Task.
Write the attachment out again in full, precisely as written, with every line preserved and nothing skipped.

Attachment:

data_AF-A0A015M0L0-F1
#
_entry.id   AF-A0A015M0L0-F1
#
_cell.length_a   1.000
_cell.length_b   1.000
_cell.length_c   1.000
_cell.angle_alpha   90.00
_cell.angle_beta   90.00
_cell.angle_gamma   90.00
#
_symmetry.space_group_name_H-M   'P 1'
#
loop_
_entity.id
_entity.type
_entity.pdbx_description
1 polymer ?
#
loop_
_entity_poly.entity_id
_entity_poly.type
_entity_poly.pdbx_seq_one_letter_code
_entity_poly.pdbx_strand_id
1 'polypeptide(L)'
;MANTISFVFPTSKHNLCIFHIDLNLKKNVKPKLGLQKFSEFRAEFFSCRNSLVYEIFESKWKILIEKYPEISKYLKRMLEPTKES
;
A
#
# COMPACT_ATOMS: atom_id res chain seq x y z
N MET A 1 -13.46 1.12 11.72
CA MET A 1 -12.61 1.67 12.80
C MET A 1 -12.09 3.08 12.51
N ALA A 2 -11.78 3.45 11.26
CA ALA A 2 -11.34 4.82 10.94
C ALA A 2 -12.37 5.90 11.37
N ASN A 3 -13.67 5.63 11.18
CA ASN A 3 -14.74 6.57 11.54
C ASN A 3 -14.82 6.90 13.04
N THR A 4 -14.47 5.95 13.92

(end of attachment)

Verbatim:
data_AF-A0A015M0L0-F1
#
_entry.id   AF-A0A015M0L0-F1
#
_cell.length_a   1.000
_cell.length_b   1.000
_cell.length_c   1.000
_cell.angle_alpha   90.00
_cell.angle_beta   90.00
_cell.angle_gamma   90.00
#
_symmetry.space_group_name_H-M   'P 1'
#
loop_
_entity.id
_entity.type
_entity.pdbx_description
1 polymer ?
#
loop_
_entity_poly.entity_id
_entity_poly.type
_entity_poly.pdbx_seq_one_letter_code
_entity_poly.pdbx_strand_id
1 'polypeptide(L)'
;MANTISFVFPTSKHNLCIFHIDLNLKKNVKPKLGLQKFSEFRAEFFSCRNSLVYEIFESKWKILIEKYPEISKYLKRMLEPTKES
;
A
#
# COMPACT_ATOMS: atom_id res chain seq x y z
N MET A 1 -13.46 1.12 11.72
CA MET A 1 -12.61 1.67 12.80
C MET A 1 -12.09 3.08 12.51
N ALA A 2 -11.78 3.45 11.26
CA ALA A 2 -11.34 4.82 10.94
C ALA A 2 -12.37 5.90 11.37
N ASN A 3 -13.67 5.63 11.18
CA ASN A 3 -14.74 6.57 11.54
C ASN A 3 -14.82 6.90 13.04
N THR A 4 -14.47 5.95 13.92